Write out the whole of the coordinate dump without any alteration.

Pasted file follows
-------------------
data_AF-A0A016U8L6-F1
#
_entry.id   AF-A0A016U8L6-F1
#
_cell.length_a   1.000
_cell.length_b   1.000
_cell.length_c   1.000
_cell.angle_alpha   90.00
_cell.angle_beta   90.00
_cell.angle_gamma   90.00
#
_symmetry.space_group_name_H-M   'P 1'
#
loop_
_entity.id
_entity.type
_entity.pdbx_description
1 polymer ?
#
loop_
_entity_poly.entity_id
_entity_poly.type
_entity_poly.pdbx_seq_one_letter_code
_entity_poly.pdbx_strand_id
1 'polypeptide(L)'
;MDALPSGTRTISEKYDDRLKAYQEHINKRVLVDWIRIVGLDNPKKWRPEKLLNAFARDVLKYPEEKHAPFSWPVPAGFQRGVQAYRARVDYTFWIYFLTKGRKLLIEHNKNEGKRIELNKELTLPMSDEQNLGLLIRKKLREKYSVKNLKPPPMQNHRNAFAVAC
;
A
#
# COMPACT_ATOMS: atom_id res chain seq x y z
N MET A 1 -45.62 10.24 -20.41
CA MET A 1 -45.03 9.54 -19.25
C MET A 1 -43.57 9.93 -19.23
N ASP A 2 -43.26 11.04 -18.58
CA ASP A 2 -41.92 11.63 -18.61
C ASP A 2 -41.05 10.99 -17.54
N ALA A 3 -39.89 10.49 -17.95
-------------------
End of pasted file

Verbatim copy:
data_AF-A0A016U8L6-F1
#
_entry.id   AF-A0A016U8L6-F1
#
_cell.length_a   1.000
_cell.length_b   1.000
_cell.length_c   1.000
_cell.angle_alpha   90.00
_cell.angle_beta   90.00
_cell.angle_gamma   90.00
#
_symmetry.space_group_name_H-M   'P 1'
#
loop_
_entity.id
_entity.type
_entity.pdbx_description
1 polymer ?
#
loop_
_entity_poly.entity_id
_entity_poly.type
_entity_poly.pdbx_seq_one_letter_code
_entity_poly.pdbx_strand_id
1 'polypeptide(L)'
;MDALPSGTRTISEKYDDRLKAYQEHINKRVLVDWIRIVGLDNPKKWRPEKLLNAFARDVLKYPEEKHAPFSWPVPAGFQRGVQAYRARVDYTFWIYFLTKGRKLLIEHNKNEGKRIELNKELTLPMSDEQNLGLLIRKKLREKYSVKNLKPPPMQNHRNAFAVAC
;
A
#
# COMPACT_ATOMS: atom_id res chain seq x y z
N MET A 1 -45.62 10.24 -20.41
CA MET A 1 -45.03 9.54 -19.25
C MET A 1 -43.57 9.93 -19.23
N ASP A 2 -43.26 11.04 -18.58
CA ASP A 2 -41.92 11.63 -18.61
C ASP A 2 -41.05 10.99 -17.54
N ALA A 3 -39.89 10.49 -17.95